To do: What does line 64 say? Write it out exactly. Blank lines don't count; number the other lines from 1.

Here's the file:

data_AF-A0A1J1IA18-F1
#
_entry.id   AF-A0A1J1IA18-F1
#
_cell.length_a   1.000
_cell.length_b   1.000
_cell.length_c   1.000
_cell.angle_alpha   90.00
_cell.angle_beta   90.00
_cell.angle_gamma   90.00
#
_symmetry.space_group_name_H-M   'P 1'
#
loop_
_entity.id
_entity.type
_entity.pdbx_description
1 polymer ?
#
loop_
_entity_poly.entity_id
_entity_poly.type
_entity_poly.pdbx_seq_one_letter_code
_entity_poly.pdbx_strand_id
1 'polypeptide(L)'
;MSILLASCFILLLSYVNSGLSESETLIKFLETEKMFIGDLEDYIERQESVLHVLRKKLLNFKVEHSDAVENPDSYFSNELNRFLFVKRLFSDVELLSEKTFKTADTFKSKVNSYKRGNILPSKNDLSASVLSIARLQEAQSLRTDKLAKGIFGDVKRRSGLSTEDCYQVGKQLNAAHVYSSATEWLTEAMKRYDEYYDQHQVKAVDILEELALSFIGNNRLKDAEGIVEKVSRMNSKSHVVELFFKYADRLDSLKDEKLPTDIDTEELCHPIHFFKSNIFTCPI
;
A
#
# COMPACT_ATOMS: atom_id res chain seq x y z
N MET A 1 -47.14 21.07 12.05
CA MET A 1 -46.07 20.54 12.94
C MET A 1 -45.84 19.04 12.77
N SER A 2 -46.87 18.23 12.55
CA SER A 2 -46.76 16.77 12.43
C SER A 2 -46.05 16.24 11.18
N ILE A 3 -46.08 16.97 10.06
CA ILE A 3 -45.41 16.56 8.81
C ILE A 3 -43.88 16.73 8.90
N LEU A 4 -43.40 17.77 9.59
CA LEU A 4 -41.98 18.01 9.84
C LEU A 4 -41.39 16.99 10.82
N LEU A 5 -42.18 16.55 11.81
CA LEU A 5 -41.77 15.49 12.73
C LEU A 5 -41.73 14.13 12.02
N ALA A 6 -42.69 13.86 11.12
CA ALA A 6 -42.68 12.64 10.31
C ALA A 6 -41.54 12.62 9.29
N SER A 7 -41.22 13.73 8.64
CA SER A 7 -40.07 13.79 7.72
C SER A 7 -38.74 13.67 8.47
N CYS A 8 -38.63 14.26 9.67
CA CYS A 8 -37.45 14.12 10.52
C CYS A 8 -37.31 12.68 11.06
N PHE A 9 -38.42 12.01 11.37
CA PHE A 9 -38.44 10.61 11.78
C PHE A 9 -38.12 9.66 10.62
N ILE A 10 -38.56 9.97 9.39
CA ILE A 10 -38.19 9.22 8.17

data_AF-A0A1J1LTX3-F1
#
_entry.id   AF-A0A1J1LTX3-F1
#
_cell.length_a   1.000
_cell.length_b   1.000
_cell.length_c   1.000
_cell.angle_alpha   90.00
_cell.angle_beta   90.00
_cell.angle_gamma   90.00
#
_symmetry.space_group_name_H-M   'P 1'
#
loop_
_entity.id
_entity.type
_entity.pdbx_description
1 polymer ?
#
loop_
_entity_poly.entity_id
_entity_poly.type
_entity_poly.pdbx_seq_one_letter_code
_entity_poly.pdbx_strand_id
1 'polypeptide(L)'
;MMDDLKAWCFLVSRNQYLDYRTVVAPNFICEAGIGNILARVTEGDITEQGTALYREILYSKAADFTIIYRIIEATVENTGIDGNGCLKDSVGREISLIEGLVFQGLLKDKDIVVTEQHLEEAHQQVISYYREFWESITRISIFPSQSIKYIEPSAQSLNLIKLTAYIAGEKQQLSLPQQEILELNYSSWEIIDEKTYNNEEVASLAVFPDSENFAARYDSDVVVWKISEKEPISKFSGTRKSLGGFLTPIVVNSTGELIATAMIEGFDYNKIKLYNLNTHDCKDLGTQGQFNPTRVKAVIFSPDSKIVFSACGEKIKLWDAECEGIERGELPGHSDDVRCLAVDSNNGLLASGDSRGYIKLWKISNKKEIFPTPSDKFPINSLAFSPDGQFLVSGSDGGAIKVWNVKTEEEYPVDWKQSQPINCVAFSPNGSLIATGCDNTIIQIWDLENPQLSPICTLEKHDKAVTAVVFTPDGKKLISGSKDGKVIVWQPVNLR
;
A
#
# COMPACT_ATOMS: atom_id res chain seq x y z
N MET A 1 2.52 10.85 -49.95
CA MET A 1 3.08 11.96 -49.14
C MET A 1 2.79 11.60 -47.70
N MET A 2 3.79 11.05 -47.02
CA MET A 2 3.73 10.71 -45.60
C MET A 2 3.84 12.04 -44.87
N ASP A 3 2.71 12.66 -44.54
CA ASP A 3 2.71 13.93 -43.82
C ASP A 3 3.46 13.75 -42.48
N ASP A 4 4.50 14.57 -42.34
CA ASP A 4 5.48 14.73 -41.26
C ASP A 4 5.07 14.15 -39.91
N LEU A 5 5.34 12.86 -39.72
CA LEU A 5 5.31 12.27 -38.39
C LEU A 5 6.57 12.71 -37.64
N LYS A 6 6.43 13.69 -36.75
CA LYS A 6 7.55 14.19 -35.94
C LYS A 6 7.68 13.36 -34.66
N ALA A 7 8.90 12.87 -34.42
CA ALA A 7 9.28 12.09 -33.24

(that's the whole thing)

_cell.length_a   1.000